View of the Bay of St. Peter and St. Paul,
located near the
harbor of Petropavlosk
on the Kamtschatka peninsula.
de La Pérouse
Autour du Monde.
Imp. de la République, 1797.
Pérouse made his most impressive achievements during his
remarkable survey of the northeast coast of Asia. While Cook had
remained to the east of the Kuril Islands and of Japan,
sailed through the Korean Strait into the Sea of Japan, on that
island’s west coast, then north where he explored
coast behind the Kurils. The strait that he found above
tip of Japan that leads into the Okhotsk Sea is named after him.
Sailing through the Kurils and into the Pacific Ocean, he finally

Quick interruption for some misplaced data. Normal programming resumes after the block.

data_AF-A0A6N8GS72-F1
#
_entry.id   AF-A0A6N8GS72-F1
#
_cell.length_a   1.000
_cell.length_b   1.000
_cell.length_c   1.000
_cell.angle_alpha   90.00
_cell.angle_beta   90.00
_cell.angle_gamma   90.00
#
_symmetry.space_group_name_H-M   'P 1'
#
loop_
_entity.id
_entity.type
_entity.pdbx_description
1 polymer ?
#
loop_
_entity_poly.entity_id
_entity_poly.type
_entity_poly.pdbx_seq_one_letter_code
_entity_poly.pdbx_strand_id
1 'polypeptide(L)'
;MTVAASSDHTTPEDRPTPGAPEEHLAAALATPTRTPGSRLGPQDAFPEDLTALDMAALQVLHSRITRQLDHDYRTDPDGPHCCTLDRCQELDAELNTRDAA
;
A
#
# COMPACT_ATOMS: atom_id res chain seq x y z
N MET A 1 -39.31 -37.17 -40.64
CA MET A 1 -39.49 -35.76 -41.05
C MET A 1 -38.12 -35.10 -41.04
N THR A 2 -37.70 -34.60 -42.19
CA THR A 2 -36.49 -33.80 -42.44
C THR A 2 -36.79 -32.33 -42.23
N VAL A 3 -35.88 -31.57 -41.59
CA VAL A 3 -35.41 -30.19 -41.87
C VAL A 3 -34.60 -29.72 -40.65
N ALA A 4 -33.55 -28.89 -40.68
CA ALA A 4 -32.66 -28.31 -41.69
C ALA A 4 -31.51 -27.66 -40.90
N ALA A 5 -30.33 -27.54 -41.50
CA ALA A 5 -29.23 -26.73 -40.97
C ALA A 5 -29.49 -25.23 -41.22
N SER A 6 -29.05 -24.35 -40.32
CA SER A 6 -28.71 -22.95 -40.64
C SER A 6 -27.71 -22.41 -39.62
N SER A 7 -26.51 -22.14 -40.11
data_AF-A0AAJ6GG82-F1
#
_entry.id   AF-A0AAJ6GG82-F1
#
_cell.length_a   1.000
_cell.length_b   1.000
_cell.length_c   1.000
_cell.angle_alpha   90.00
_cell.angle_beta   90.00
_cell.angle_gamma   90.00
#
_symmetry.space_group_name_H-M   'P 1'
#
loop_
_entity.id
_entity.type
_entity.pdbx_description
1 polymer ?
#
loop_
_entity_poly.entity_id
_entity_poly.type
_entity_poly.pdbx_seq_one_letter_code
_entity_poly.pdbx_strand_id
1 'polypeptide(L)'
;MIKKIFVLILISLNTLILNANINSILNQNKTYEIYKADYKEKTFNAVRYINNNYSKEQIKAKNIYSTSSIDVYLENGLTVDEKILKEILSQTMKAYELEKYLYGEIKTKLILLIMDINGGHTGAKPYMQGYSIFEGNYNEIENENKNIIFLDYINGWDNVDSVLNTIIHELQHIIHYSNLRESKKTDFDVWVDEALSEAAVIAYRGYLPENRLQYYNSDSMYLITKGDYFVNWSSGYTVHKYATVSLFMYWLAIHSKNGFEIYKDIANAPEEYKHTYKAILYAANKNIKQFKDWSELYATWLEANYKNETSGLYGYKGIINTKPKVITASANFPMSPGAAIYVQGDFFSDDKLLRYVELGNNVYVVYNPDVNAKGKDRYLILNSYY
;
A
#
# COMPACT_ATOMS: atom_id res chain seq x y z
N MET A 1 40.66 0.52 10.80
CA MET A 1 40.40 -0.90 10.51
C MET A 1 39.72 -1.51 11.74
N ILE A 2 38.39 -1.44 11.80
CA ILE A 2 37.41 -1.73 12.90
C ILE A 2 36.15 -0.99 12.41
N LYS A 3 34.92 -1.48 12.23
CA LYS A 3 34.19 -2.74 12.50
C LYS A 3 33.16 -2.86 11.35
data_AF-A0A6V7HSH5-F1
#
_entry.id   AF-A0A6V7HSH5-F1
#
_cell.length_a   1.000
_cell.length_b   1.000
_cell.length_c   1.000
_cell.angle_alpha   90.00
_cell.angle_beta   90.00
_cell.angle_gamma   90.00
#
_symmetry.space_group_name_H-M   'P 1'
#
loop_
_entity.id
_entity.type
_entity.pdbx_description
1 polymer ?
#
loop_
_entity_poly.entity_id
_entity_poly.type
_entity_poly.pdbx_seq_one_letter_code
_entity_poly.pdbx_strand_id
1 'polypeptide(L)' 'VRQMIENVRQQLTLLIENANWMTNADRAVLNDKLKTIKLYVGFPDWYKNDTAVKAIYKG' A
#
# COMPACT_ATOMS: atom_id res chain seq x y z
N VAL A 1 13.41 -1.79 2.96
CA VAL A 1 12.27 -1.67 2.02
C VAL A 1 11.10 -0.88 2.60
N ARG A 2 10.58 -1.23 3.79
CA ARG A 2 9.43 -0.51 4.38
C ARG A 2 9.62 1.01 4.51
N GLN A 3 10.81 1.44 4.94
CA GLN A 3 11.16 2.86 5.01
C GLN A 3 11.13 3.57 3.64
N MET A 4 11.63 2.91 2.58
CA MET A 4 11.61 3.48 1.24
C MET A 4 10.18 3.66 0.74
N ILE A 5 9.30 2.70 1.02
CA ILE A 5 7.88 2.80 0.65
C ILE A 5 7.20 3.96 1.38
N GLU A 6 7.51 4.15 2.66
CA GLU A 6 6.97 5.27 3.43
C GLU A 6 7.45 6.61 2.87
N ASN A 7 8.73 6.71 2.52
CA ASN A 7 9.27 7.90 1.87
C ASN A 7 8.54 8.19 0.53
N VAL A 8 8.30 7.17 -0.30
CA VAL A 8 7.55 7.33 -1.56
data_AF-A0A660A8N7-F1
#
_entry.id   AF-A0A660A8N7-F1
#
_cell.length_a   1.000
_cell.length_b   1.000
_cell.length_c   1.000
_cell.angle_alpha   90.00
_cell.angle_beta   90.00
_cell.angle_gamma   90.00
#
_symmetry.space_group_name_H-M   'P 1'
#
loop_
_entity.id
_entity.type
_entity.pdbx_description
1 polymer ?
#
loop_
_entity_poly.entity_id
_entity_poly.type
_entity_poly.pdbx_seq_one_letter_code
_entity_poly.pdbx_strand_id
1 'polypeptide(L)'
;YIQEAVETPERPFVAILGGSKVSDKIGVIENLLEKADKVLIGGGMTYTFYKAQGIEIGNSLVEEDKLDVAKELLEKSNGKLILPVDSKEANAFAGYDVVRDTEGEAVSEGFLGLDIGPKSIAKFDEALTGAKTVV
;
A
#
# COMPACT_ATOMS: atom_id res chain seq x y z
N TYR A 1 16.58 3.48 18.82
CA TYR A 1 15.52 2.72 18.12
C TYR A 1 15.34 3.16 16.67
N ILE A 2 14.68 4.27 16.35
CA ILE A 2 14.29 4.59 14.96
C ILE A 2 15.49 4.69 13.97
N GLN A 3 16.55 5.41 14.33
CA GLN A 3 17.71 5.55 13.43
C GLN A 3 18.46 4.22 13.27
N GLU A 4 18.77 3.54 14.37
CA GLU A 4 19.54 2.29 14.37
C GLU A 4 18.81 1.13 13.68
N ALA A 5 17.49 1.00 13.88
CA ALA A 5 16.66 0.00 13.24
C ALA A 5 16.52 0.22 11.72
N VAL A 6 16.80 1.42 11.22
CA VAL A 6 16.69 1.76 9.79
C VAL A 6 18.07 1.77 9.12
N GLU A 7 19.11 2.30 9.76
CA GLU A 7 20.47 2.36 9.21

arrived at Kamtschatka, the Russian peninsula that lies between
Japan and the Bering Strait. The city of Petropavlosk
on its southeast
coast served as the point of departure to the South
Pacific as the
voyage continued its world tour, having accomplished
its main mission.
What history would record of three years of scientific work
performed during the expedition, hinged on that
Lesseps, who had served as Russian interpreter
for the voyage, disembarked there with the journal
of La Pérouse,
and then the ships were lost in the South Pacific Ocean. They
took nearly a hundred lives with them, along with
log, many records of the voyage, and thousands of
prepared specimens of natural history. Fortunately, Lesseps
protected the journal and artwork during his long
from Russia, and successfully hand-delivered them
to the French
ambassador in St. Petersburg. The journal was
by Marie Louis Antoine Milet-Mureau, and the artwork was made
into copperplates. This work, with its beautiful engravings,
serves as a lasting monument to the crew.